Road march rocked by fatal shooting

A Hanover Park resident was shot and killed in Wale Street, Cape Town, during a minstrel practice march on Sunday.

During the unofficial event, the man was shot in the head, causing panic. Cape Town Central police were called to the scene where the man was announced dead.

While police would not identify the man, apart from saying he was from Hanover Park, other newspapers have reported that the deceased is 44-year-old Julie “Sollas” Solomon.

Captain Ezra October, spokesperson for the Cape Town Central police station, said the minstrel troupes had applied for a permit for the event but had been turned down by the City of Cape Town.

Councillor Eddie Andrews, Mayco member for tourism, events and economic development said in a statement that the man was shot and killed during an illegal back march.

“Further investigations into this matter are under way by the relevant law enforcement agencies.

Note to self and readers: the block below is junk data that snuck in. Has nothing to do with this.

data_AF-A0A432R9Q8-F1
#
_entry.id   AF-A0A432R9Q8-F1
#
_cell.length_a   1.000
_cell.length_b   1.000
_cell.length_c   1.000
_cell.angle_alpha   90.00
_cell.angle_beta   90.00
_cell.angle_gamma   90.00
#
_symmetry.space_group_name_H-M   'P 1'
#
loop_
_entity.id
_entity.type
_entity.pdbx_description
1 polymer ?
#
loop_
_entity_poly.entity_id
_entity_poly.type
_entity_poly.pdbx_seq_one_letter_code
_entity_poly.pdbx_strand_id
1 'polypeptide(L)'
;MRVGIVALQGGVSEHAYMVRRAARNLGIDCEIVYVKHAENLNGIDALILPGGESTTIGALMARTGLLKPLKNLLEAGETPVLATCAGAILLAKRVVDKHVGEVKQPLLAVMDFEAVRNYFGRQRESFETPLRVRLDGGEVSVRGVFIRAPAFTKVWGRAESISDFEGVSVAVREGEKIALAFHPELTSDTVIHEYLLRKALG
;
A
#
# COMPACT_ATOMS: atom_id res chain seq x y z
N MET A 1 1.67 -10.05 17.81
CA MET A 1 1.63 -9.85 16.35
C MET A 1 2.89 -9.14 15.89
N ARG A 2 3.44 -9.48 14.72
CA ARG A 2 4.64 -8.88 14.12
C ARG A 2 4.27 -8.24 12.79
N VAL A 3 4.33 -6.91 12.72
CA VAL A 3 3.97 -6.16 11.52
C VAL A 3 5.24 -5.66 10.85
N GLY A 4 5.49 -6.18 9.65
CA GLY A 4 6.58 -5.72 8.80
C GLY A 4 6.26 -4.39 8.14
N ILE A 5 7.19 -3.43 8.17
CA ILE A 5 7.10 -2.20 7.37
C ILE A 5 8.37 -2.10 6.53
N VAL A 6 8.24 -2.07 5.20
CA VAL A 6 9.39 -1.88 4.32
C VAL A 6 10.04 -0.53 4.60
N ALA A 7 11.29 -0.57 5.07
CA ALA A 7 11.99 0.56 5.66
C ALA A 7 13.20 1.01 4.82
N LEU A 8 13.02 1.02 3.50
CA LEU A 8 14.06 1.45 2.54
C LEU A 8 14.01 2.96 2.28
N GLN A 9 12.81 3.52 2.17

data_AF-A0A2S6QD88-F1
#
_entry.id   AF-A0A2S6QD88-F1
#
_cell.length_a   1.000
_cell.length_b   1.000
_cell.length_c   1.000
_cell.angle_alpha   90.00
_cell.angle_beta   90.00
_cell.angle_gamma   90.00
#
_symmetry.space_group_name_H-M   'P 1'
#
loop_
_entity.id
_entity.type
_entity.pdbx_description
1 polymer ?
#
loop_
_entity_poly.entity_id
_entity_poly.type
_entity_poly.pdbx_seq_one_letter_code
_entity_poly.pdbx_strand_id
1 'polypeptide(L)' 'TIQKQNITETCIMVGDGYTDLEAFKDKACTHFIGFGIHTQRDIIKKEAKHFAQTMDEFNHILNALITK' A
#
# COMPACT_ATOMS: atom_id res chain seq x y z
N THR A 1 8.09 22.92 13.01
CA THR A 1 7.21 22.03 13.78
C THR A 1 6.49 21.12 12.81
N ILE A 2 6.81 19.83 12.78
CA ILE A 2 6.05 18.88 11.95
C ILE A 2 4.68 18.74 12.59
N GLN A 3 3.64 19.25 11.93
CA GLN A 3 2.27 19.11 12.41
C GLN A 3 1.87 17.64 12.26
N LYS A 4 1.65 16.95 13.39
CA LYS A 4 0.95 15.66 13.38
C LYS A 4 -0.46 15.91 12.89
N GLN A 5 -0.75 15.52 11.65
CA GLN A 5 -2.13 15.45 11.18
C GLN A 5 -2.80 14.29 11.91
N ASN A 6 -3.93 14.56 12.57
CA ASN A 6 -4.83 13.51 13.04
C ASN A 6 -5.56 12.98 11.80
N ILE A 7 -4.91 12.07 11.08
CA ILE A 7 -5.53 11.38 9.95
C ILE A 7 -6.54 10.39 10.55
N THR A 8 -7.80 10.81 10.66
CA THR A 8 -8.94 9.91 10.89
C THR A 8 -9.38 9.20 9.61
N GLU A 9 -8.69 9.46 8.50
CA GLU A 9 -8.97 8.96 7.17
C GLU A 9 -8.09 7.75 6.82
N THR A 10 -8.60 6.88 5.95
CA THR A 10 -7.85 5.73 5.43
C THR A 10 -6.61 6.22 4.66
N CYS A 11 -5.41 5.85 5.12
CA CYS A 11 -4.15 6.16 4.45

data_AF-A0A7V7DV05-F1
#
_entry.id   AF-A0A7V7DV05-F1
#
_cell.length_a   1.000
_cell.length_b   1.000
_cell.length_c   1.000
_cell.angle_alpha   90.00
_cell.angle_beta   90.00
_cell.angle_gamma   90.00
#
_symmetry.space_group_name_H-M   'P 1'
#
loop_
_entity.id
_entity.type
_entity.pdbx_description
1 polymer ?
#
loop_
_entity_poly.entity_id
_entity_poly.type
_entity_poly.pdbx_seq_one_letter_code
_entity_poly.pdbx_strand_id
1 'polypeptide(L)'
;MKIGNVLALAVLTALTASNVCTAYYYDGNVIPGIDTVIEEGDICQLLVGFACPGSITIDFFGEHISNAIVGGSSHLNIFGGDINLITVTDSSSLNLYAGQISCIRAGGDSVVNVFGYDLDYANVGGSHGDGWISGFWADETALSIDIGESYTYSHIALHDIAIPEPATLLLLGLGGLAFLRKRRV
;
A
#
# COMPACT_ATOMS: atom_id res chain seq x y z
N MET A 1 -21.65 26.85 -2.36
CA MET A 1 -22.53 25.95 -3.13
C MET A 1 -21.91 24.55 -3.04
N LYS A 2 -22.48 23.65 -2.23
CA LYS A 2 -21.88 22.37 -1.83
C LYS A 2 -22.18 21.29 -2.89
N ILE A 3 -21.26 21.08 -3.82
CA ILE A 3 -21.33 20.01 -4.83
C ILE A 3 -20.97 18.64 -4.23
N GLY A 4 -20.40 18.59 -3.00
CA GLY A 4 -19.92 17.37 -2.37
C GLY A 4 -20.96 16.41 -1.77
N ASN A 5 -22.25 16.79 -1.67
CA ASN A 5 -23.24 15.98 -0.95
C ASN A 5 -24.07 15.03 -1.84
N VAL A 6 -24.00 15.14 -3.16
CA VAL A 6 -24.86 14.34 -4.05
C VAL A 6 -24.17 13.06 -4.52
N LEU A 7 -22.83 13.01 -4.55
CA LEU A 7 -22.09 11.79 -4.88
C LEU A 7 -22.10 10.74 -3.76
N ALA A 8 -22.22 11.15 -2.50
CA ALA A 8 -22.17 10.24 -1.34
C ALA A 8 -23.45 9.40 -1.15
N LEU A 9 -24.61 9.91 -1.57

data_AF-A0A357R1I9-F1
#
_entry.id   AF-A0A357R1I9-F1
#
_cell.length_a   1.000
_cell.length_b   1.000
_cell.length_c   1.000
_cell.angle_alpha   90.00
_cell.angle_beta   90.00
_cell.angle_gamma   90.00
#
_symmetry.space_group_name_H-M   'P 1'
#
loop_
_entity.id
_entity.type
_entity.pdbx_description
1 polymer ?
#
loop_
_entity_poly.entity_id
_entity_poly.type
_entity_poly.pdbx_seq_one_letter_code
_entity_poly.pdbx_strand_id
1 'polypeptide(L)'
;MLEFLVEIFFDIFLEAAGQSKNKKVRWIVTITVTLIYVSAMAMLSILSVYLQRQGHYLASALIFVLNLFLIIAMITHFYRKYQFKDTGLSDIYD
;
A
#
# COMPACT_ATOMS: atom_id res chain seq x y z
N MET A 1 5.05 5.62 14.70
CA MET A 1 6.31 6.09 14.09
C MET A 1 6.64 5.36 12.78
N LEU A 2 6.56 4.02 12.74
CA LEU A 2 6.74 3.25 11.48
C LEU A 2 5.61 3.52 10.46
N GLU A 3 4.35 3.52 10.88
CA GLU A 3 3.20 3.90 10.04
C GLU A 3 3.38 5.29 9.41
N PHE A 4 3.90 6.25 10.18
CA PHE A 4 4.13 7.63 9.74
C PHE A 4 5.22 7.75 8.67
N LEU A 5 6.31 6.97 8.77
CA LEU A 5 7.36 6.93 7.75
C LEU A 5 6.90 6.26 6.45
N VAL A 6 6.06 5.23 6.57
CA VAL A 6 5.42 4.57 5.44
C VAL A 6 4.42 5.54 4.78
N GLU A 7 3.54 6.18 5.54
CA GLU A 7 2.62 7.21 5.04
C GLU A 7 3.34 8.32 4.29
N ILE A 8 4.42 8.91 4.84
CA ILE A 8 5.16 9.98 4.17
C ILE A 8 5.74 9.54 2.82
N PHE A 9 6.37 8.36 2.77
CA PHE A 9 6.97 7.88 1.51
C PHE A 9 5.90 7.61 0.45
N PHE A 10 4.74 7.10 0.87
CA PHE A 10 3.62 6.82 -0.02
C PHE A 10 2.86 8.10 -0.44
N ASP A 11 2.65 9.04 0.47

“No arrests have been made for the murder but investigations are ongoing. Because it was an unofficial event that did not have a permit, there were no police on the scene,” he said.

However, he said, this shouldn’t in any way affect the annual New Year march that takes place in Bo-Kaap because it was an official event and there were plans in place to ensure the security of those who took part and those who attended.

Yusuf Safudien, who is on the events committee of the Bo-Kaap Civic and Ratepayers’ Association, said most people who attended the event on Sunday were not from the area and that the civic association has no control over who comes into the Bo-Kaap. And, he said: “We only deal with events when they are official and have gone through the City of Cape Town permit procedures.”

Mr Safudien agreed that the incident was unlikely to affect the traditional New Year march.

“We put measures in place for the annual events and will work together (with the City of Cape Town and SAPS.”

Weldon Cameron, secretary of the Hanover Park Community Police Forum, confirmed that the victim was from Hanover Park. “I did not know him but he was known to us as a ‘high risk’ individual,” said Mr Cameron.

In a statement released by the Cape Town Minstrel Carnival Association, following the incident, they said: “We cannot allow a beautiful culture to be tainted by unruly characters who have their own agendas.”